"The U.S. Controls 'Soveriegn' Iraq,"
The Wisdom Fund, June 8, 2004
"Iraq Election: Fraud, Favor and 'Democracy',"
The Wisdom Fund, December 9, 2005
Patrick Cockburn, "Iraq
is disintegrating as ethnic cleansing takes hold," Independent, May 2, 2006
Aaron Glantz, "Don't
Believe the Handover Hype," antiwar.com, May 23, 2006
[But Zalmay Khalilzad, the US ambassador, played a crucial role in getting
rid of the last duly elected prime minister, Ibrahim al-Jaafari. His
officials do not conceal that the envoy has been what The New York Times
described as "a tireless midwife in the birthing of the new government".
That is hardly the sign of a sovereign and independent Iraqi
administration.--Patrick Cockburn, "
Which is the real Iraq?," Independent, May 23, 2006]
[It is a puppet government nothing more or less. I don't think it is going
to accomplish anything different than the previous one. All they are
receiving They are on the receiving end of orders from the unexpected visits
by Condoleezza Rice, Jack Straw previously, and to orders from Bush and
. . . voicing any issue against the occupation in Iraq is targeted. We have
the academics being targeted, we have hundreds of our scientists being
killed, academics, lectures, professors, whoever. Journalists we have the
biggest campaign of killing journalists
. . . continuing what we heard from Madeline Albright, before that when Iraq
was under sanctions, when 500,000 children were killed or died because, as a
consequence of the harsh sanctions on Iraqi people. 500,000 children were
killed and she said that the price was worth it.
. . . we have to make it clear that the withdrawal that Tony Blair's talking
about, or Bush, is different about the withdrawal we're talking about. I am
talking about the complete withdrawal of troops. That doesn't mean they go
around and build bases, American bases in Iraq which they are doing at the
moment. There are more than 14 bases building. And there is the biggest
embassy in the world. And no signing of long-term binding agreements, not on
behalf of Iraqi people but on behalf of these interim governments or the
puppet governments at the moment. This is second. Third - there should be a
compensation for all the crimes being committed against Iraqi people,
whether in life or the destruction of the country.--"Haifa Zangana Interview," Dateline (Australia), May 24, 2006]
[Vice President Adel Abdul Mahdi . . . emerged as one of the most aggressive
proponents of the Bush administration's economic agenda for Iraq, including
the implementation of controversial corporate globalization rules and
greater U.S. corporate access to Iraq's oil.
U.S. oil companies, including Chevron and ExxonMobil, have been working with
the Iraqi government and marketing Iraqi oil since the occupation began. Now
that the full-term Iraqi government has formed, they will be in a perfect
position to sign lucrative contracts if the Petroleum Law is enacted. But,
they will need security to get to work. What better security force is there
than 100,000 American soldiers?--Antonia Juhasz, "Bush's Ace in the Hole in Iraq?," Huffington Post, May
Lt. Gen. William E. Odom, "Why America Must Get
Out of Iraq Now," Foreign Policy, May/June 2006
[ . . . the Interior Ministry and the job of national security adviser were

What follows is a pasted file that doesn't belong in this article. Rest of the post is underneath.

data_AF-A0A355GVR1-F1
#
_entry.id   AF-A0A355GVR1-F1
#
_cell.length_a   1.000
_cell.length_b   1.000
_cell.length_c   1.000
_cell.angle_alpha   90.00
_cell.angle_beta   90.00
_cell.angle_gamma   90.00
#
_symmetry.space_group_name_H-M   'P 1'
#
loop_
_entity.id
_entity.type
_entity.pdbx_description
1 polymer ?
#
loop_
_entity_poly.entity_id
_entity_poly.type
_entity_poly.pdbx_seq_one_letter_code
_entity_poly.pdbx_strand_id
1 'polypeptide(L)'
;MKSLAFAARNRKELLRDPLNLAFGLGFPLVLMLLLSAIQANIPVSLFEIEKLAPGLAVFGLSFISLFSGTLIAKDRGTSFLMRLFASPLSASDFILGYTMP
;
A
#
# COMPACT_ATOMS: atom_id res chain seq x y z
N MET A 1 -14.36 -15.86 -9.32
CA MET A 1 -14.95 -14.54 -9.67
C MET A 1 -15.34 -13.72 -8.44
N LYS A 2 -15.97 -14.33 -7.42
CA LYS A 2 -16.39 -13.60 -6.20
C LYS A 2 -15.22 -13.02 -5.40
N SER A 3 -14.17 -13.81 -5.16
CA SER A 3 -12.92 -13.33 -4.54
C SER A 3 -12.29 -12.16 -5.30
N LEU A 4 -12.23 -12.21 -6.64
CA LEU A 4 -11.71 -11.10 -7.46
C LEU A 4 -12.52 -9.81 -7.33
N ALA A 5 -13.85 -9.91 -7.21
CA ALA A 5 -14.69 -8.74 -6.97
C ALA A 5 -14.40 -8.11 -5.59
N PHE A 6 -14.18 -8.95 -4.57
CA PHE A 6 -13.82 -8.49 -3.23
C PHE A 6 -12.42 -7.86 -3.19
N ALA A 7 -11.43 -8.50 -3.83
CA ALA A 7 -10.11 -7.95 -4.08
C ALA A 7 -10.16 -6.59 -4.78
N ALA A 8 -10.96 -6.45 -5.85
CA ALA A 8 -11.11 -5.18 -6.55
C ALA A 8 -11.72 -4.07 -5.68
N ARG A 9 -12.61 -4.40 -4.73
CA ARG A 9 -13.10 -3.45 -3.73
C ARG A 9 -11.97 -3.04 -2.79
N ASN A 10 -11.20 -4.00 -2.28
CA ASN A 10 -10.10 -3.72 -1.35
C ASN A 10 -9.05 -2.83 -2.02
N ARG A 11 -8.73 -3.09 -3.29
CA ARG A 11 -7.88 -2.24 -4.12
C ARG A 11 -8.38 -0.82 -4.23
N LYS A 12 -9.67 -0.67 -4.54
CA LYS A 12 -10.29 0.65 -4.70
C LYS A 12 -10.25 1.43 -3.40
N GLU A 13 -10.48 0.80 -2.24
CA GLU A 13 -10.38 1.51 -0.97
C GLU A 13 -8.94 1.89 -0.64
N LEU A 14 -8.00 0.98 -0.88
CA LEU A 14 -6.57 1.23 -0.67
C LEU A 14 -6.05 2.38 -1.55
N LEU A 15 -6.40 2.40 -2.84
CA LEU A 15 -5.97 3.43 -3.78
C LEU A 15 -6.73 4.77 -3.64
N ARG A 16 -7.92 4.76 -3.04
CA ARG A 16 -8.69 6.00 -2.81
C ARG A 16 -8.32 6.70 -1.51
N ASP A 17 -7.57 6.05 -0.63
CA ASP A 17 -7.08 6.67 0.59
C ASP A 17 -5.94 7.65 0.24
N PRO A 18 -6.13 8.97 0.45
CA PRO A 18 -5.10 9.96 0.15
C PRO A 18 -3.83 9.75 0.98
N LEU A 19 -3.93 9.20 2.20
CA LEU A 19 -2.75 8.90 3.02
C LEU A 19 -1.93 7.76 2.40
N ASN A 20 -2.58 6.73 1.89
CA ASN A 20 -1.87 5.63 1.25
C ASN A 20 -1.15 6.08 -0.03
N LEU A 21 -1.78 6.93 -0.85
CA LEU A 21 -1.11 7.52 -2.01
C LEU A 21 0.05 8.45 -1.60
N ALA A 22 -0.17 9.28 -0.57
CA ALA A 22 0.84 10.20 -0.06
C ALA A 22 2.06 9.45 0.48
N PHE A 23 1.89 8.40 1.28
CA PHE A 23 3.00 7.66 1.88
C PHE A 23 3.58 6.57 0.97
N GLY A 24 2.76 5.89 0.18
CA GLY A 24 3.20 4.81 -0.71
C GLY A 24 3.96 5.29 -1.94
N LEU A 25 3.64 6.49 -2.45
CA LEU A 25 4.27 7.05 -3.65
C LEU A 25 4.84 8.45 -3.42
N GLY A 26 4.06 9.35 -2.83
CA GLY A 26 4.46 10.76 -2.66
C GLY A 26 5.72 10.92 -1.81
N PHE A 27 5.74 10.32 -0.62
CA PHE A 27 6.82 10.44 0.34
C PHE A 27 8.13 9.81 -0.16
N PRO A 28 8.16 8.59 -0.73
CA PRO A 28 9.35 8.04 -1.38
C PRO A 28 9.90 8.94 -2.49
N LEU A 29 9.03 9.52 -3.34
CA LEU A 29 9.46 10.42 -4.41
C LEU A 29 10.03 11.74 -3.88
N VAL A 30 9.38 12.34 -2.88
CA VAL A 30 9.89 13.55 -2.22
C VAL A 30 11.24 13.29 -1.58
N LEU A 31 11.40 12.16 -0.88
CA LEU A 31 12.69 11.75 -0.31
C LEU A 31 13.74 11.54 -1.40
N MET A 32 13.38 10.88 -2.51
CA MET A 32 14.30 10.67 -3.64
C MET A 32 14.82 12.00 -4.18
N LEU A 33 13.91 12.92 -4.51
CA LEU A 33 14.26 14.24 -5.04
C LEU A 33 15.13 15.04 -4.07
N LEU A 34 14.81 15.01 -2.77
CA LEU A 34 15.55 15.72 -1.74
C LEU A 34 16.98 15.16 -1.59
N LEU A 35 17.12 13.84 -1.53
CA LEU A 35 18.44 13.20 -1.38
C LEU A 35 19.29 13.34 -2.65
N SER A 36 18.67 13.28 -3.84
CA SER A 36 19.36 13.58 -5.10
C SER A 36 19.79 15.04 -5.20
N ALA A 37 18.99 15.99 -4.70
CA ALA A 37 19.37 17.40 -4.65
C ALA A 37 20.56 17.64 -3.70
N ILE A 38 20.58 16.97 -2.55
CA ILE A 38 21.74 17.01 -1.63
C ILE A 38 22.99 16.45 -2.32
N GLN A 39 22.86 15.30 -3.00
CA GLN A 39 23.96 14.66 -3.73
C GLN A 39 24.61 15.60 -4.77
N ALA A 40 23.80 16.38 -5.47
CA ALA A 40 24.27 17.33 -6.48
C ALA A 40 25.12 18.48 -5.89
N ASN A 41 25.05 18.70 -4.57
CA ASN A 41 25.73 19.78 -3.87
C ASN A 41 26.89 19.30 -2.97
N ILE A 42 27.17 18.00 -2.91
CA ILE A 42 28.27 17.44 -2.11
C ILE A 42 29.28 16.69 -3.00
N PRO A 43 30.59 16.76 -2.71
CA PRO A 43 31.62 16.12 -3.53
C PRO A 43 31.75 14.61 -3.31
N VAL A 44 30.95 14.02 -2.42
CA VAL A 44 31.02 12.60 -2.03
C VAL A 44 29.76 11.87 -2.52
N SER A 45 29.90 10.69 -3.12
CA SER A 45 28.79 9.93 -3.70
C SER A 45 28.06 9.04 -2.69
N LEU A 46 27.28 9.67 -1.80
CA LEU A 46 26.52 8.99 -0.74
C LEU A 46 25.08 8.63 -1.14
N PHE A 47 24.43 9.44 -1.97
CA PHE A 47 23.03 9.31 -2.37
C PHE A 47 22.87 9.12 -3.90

given to Shiites, and the Defense Ministry went to a Sunni.--Omar Fekeiki,
"Iraqi Parliament Selects Top Security Ministers,"
Washington Post, June 8, 2006]
Rupert Cornwell, "Iraqi
PM given five minutes' notice of Bush's flying visit,"
Associated Press, June 14, 2006
Dahr Jamail, "'Operation Forward
Together': Deeper Into the Quagmire," truthout.org, June 19, 2006
[Imagine the president of the United States flying to Russia, China,
England, France or just about any other nation on the planet, landing at an
airport on supposedly sovereign territory, being driven under heavy U.S.
military protection to the U.S. Embassy, and then with some five minutes
notification, summoning the highest elected official of that nation to the
U.S. Embassy for a meeting. It would never happen, unless of course the
nation in question is Iraq, where Iraqi sovereignty continues to be hyped as
a reality when in fact it is as fictitious as any fairy tale ever penned by
the Brothers Grimm. For all of the talk of a free Iraq, the fact is Iraq
remains very much an occupied nation where the United States (and its ever
decreasing "coalition of the willing") gets to call all the shots.--Scott
Ritter, "Three Iraq Myths
That Won't Quit," AlterNet, June 26, 2006]
[A man who was inserted into his position after Jack Straw and Condoleezza
Rice visited Baghdad in order to brush Jaafari, the prime minister chosen by
the supposedly-elected Iraqi parliament, aside. Do we need any clearer
evidence of who pulls the strings of Maliki? . . .
Juhasz added that if there isn't massive change in Iraq soon, all of the US
imposed economic contracts (25-40 year contracts), will effectively
eviscerate what is left of the demolished Iraqi economy. In two months, laws
will be passed by the puppet government, and six months after this the
contracts of the Western companies, (read "Big Oil") will be implemented. .
She added that the permanent military bases in Iraq are to be used for
providing security for the oil companies.--Dahr Jamail, "An Iraqi Withdrawal
From Iraq," truthout.org, June 28, 2006]
[Jalal Talabani, the Iraqi president, has asked for a long-term US military
presence in Iraq, saying his country needs two permanent US air bases to
deter what he calls foreign interference.--"Talabani backs long-term US presence," AFP, September
Guy Dinmore, "US
twists civilian arms to fill Fortress Baghdad," Financial Times, January
[But under the rules that govern private security contractors here, the
Iraqis do not have the legal authority to do so.--Sabrina Tavernise, "Blackwater
Banned by Iraq Over Shootings," New York Times, September 18, 2007]